This morning Om Malik pointed out that thanks to the buzz around its Kindle e-reader and cloud computing success, it can be easy to forget that Seattle-based Amazon is an e-tailer at heart. Malik likens Amazon to the online equivalent of super-retailer WalMart now that they have shoes covered.
After reading investor notes from Wall Street Internet Analyst Ben Schachter, Malik was surprised to learn that Amazon accounts for roughly 5% of total video game sales in the United States.
Video Games are an Important Driver for AMZN: We estimate that AMZN currently has ~5% U.S. market share in the category, representing about ~$900mil-$1bn according to our estimate of 2009 U.S. sales (~4% of AMZN’s 2009E total sales and 16%-18% of its estimated 2009 U.S. Media revenue).
Schachter's investor notes got Malik thinking:
Maybe Amazon has become such a behemoth and e-commerce such a mainstream activity that one can safely view the company’s results as a proxy for consumer economic activity in the U.S.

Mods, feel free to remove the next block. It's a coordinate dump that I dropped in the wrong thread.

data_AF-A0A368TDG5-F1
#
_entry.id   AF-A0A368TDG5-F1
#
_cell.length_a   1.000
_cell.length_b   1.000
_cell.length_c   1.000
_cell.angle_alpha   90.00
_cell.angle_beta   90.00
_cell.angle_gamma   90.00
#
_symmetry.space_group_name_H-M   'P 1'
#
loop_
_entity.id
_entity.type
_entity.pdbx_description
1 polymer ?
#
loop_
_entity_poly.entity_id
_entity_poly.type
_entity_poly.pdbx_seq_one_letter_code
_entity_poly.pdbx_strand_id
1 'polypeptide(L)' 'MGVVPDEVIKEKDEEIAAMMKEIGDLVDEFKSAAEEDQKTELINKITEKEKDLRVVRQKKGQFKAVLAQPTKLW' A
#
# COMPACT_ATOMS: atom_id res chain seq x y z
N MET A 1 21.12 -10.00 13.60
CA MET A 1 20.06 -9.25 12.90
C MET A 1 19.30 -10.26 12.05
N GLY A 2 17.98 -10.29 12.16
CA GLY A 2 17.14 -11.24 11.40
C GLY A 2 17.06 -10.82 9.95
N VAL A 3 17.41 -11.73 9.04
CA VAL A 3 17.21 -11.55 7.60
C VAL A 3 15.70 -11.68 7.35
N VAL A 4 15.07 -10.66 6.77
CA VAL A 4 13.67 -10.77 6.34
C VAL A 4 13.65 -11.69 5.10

From clothes to shoes to wireless phones to video games and electronics — Amazon sells them all and can accurately track the spending sentiment amongst its buyers. The company does publish some data occasionally, but what would be even cooler was if Amazon published its own “state of the economy” report every month, which would contain data that’s both more current and more accurate than some of what’s collected and published by governmental organizations.
With undoubtedly the best data in the world when it comes to purchasing habits, Amazon is capable of building an advertising platform that could compete with Google.
And it looks like Amazon may be making progress on this front. Maveron Senior Associate Eric Monsowitz recently announced that he is leaving the Seattle Venture Capital firm to join Amazon to help them build out a top-notch online advertising platform and they continue to actively recruit for their Global Online Display Advertising division.
Should Google be worried?